From “Experiential Education” to “Experience-Savvy Education:”
Changing Jewish Educational Discourse and Practice
By Daniel Pekarsky
The term experiential education is an obstacle to the pursuit of excellence in Jewish education. Here are three reasons why: First, it often leads to thoughtlessly devised practices organized around the idea that being plunked down in an interesting setting or being asked to engage in a hands-on activity will have a desirable and powerful educational impact; this is magical thinking. Second, the movement to encourage experiential education is too often intertwined with undervaluing the desirability of serious content learning, the acquisition of skills and dispositions, and the fostering of attitudes that encourage further learning. Third, and most fundamentally, “experiential education” is a misnomer because it tacitly suggests that some education is not experiential, whereas in fact, like every moment of our waking lives, every educational transaction – be it good or bad – is experiential. As John Dewey, the person most often credited with the ideal of experiential education (a term he never used), never tired of declaring: We live and die in a world of experiences and the problem with education is not that it is absent powerful experiences, but that the experiences are typically of the wrong kind, serving to shut down or distort the growth of learners.
Pursuing this further, we can ask ourselves what else John Dewey might say if he could be brought back to life to weigh in on the recent interest in experiential Jewish education. Because Dewey was a wise, judicious educator, a thinker who was wary of fads and of either-or pendulum swings, we would do well to consider his ideas. Here is my own attempt to identify a few of the key points he might make.
While dismissive of the phrase “experiential education”, Dewey would embrace the concerns that animate those who are associated with the experiential education movement. Were he able to observe Jewish education as we know it, he would argue, as do they, that it suffers from at least the following problems:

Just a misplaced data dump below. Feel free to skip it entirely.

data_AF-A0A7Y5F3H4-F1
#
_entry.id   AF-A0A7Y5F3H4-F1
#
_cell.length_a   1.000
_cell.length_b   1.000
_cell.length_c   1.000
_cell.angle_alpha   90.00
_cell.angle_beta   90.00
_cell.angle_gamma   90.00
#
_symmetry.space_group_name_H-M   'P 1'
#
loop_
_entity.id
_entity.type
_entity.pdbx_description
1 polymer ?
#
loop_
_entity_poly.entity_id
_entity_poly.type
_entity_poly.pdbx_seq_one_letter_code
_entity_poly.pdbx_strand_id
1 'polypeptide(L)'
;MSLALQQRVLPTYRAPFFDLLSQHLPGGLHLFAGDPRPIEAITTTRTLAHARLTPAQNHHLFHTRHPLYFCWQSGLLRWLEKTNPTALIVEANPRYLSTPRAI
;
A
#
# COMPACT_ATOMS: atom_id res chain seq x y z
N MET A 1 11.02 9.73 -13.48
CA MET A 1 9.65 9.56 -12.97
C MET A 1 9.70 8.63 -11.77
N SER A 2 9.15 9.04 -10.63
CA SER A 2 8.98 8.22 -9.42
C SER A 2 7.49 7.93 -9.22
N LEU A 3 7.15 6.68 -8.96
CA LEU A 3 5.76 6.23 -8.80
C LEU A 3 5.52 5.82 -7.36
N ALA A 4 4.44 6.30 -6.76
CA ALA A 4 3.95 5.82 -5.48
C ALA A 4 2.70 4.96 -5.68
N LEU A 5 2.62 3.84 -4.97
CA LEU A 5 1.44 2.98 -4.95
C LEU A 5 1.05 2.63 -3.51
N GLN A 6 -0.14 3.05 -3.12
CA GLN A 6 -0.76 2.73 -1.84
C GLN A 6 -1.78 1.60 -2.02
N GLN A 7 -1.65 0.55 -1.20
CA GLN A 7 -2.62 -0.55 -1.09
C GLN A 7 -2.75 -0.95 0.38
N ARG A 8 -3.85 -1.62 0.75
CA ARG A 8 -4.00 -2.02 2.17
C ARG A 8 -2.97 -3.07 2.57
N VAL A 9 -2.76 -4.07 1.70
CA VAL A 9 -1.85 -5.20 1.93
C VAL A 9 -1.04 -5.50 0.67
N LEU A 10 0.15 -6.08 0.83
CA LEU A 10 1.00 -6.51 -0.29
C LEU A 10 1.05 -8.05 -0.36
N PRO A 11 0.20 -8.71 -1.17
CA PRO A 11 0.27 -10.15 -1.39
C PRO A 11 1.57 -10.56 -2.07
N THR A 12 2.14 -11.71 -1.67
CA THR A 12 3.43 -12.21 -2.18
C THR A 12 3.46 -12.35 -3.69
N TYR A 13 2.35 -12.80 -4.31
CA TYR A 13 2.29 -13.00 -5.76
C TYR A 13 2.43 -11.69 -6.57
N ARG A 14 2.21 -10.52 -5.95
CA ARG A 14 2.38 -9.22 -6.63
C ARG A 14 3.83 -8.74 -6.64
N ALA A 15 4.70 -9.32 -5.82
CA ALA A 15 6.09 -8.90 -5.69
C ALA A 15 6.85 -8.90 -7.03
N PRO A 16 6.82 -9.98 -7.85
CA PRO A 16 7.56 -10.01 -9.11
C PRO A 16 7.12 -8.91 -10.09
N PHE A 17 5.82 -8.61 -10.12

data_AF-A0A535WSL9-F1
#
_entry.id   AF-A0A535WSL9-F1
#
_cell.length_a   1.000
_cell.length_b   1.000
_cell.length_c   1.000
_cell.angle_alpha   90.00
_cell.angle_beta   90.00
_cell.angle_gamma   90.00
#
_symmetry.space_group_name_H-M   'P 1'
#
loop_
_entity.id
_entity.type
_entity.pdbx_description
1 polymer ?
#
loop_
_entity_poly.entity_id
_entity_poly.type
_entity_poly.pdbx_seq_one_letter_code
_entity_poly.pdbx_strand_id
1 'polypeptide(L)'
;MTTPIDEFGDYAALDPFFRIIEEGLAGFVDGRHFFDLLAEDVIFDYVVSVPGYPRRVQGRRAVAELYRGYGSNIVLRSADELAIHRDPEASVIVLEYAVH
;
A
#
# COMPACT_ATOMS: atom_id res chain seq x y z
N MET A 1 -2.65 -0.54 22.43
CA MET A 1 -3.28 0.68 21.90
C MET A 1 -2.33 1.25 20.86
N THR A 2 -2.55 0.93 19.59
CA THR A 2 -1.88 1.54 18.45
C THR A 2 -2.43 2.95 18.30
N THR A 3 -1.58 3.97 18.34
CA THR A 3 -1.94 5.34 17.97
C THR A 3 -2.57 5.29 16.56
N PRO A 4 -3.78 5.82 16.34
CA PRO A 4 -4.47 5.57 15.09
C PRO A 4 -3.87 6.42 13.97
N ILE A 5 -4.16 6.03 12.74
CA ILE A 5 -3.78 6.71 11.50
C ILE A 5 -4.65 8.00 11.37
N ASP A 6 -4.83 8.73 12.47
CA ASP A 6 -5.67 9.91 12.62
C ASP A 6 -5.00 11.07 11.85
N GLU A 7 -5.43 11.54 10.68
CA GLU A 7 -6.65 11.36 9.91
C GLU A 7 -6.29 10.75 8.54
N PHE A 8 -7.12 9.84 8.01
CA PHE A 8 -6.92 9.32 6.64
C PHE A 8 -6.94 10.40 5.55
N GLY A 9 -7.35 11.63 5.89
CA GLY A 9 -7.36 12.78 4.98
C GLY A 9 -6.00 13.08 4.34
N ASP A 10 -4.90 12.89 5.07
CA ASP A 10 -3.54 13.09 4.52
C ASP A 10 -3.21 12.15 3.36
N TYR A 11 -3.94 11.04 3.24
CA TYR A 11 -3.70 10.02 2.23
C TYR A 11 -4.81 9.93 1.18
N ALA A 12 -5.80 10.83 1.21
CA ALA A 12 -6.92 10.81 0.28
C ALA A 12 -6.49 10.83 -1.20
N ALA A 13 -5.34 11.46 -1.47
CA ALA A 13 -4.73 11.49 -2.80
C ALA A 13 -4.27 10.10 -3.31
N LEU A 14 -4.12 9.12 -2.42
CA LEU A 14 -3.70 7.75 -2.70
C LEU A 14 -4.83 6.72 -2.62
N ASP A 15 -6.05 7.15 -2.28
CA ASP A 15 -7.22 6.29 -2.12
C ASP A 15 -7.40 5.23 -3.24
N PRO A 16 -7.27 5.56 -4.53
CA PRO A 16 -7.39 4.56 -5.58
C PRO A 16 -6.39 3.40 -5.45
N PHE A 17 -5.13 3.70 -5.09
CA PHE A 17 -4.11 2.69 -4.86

- There is insufficient and often no opportunity for learners to have first-hand experience of the phenomena to which the subject-matter of instruction refers. Too often, they learn about Shabbat without having had sustained experiences of Shabbat; they learn about Israel without having been immersed in the realities of Israeli life, and so forth. Not only can a good deal of what we hope to teach in traditional classrooms be learned more powerfully through such immersion experiences, but the kind of learning that can be facilitated in classrooms is unlikely to be achieved if the learners have not had prior first-hand experiences of this kind; for such experiences provide reference-points and awaken interests, passions, and questions that are to education what a favorable wind is to sailing. True, it is impossible to have first-hand experience of everything that we wish learners to learn about in Jewish education; But it is usually possible to design educational transactions that bring them much closer to these first-hand realities than they have been in the past. Consider here the potentialities of movies, stories, educational games and simulations, role-plays, or encounters with people who have had first-hand encounters with the relevant phenomena and have the capacity to communicate their character.
- Education in school settings is often completely disconnected from the things that matter to the learners. It doesn’t take a rocket-scientist to know that we are most likely to learn voluntarily, energetically, and effectively when the educational experience we are undergoing speaks to our real and living concerns, interests, and questions – the things we care about not just as learners, but also as whole human beings. And yet, the opposite is typically true in many educational environments. The moral: Wherever educational experiences take place, they need to be in sync with “where the learners are”, such that the learners themselves feel that these experiences speak to them in powerful ways.